NDP to 'Mad Max' Bernier: Here's something worth getting angry about - Macleans.ca

NDP to ‘Mad Max’ Bernier: Here’s something worth getting angry about

Politics Insider for Jan. 9: Backlash in Burnaby South, the things that get Trump excited, and a ‘day of reckoning’ for Trudeau and the economy

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Maxime Bernier. (Adrian Wyld/CP)

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Prime Minister Justin Trudeau’s decision to toy with Jagmeet Singh by refusing to call a byelection in Burnaby South, where the NDP leader hopes to secure a seat in Parliament ahead of the next election, might be fun for the Liberals. But his political gamesmanship has not gone unnoticed in the riding. “We rely on the MP to help advocate for our summer students, and applications are due this month,” says one resident. “Not having somebody representing us in Parliament for four months is an issue. And I don’t know why it’s [taking so long].” (Maclean’s)

A Toronto-area riding association for Maxime Bernier‘s People’s Party suggested in a tweet that Singh is only interested in representing people of colour in Burnaby South. “Is he leader only for one group of people?” the Mississauga—Erindale riding association asked in the tweet, which included a photo of Singh at an event (not in Burnaby South, but from another time in Brampton, Ont.) in which he was surrounded by a group of people of colour. Vancouver East NDP MP Jenny Kwan blasted Bernier for remaining silent about the tweet: “This kind of dirty politics has no place in Canadian society.” (Huffington Post, Twitter)

Meanwhile, Bernier revealed his party’s candidate for Burnaby South: an anti-“trans agenda” activist. (CBC News)

A day after RCMP in northern B.C. arrested 14 people who’d set up a barricade to block construction of an LNG pipeline through the territory of the Wet’suwet’en First Nation, chanting protestors in Ottawa blocked and delayed Trudeau from delivering a speech to self-governing First Nations. When he did finally speak, Trudeau steered clear of the protests and events in B.C. (Toronto Star)

Officials met with Michael Spavor, one of two Canadians detained in China in retaliation for the arrest of a Chinese telecom executive. Global Affairs Canada gave no update on his condition citing privacy concerns. Meanwhile, a Nanos poll found more than half of Canadians believe police in Vancouver were right to arrest Huawei’s CFO Meng Wanzhou on a U.S. warrant. (Globe and Mail, Globe and Mail)

Switching to U.S. politics for a moment, President Donald Trump tried to appeal directly to the American people to support his border wall in an Oval Office address Tuesday night. Scott Gilmore watched as Trump droned on through an unconvincing speech:

As the shutdown is about to become the longest in American history, polls show the president is being blamed, which makes the Democrats quite happy to out-wait him.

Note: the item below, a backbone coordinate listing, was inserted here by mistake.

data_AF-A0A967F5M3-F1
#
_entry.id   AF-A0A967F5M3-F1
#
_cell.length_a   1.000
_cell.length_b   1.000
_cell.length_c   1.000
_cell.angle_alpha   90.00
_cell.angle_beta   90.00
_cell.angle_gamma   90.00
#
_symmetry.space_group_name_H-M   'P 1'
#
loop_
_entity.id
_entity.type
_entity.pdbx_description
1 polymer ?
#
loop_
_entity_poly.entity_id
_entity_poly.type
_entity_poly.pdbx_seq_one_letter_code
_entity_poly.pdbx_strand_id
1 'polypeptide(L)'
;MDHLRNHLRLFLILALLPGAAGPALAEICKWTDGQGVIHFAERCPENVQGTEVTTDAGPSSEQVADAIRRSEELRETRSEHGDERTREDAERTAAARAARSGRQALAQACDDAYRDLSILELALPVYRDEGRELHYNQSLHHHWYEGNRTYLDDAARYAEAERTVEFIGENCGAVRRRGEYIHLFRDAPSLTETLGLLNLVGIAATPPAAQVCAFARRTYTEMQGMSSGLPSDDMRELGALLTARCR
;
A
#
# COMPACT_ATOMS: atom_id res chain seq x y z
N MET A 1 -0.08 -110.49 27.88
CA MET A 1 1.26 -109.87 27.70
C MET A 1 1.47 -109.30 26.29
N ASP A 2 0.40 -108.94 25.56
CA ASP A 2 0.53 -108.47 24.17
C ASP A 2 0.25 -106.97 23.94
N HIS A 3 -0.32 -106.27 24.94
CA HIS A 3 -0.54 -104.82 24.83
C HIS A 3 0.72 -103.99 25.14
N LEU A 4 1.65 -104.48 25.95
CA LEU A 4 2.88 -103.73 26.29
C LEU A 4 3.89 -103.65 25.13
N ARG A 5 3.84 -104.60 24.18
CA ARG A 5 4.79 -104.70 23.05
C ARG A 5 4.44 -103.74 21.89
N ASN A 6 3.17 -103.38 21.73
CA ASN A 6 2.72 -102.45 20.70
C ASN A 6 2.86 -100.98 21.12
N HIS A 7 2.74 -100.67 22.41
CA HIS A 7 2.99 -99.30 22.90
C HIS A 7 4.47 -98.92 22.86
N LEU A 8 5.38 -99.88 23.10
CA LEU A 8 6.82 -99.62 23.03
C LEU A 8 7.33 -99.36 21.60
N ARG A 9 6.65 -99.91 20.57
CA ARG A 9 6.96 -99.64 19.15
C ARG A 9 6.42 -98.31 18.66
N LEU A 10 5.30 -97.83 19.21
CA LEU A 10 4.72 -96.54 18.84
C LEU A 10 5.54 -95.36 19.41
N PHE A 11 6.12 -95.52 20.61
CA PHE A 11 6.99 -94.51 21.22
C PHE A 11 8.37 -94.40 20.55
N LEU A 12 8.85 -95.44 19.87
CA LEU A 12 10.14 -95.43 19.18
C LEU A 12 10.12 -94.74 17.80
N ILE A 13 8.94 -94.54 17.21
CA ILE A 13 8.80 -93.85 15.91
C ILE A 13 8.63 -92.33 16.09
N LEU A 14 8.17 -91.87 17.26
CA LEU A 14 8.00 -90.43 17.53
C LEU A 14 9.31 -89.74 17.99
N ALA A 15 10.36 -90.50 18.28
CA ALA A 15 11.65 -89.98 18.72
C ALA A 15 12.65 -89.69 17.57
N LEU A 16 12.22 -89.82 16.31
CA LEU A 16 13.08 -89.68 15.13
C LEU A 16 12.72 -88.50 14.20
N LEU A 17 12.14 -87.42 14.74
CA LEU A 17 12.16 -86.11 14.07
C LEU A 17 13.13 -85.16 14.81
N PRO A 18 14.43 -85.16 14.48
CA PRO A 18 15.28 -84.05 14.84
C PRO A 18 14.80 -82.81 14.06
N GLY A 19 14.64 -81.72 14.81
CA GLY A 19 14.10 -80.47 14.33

Therefore the president opted to go over the heads of his advisors, his erstwhile Republican allies in Congress, his critics in the media, and make his case directly to the American people using the same medium that made him famous: prime time network TV.

But strangely, the result looked more like a bad audition tape than riveting reality TV. The president sat stiffly at his desk, droning through a carefully prepared speech that was clearly wordsmithed by more cautious and less shameless staff. He only came to life when he got to the parts about grisly hammer murders. (Maclean’s)

General Motors has turned down a proposal by Unifor that sought to keep the company’s operations in Oshawa open. (Canadian Press)

Oshawa’s new mayor, Dan Carter, now faces the difficult challenge of helping it recover from the loss. He has known adversity himself, having struggled with alcoholism and homelessness before turning his life around. (Maclean’s)

Is the economy going to pose a problem for Trudeau in the next election? A pair of reports from two of Canada’s biggest banks raise that spectre. “A day of reckoning is coming for Justin Trudeau’s Liberal government,” an analyst at CIBC wrote in an outlook report which looked at the economy, interest rates, deficits, Canada’s business competitiveness and carbon taxes. Meanwhile a BMO analyst notes the consumer confidence index is now at its lowest level in two years: “And, it’s no wonder amid gyrating financial markets, rising interest rates, moderating economic growth, a cooling housing market and a faltering oil sector. … The steep decline does come at an interesting time though, as Canada enters an election year.” (Globe and Mail)

Has Trudeau been moonlighting as a singing contestant on an Afghan TV show? Meet the Prime Minister’s doppelgänger Abdul Salam Maftoon, dubbed “Afghan Trudeau“. (Global News)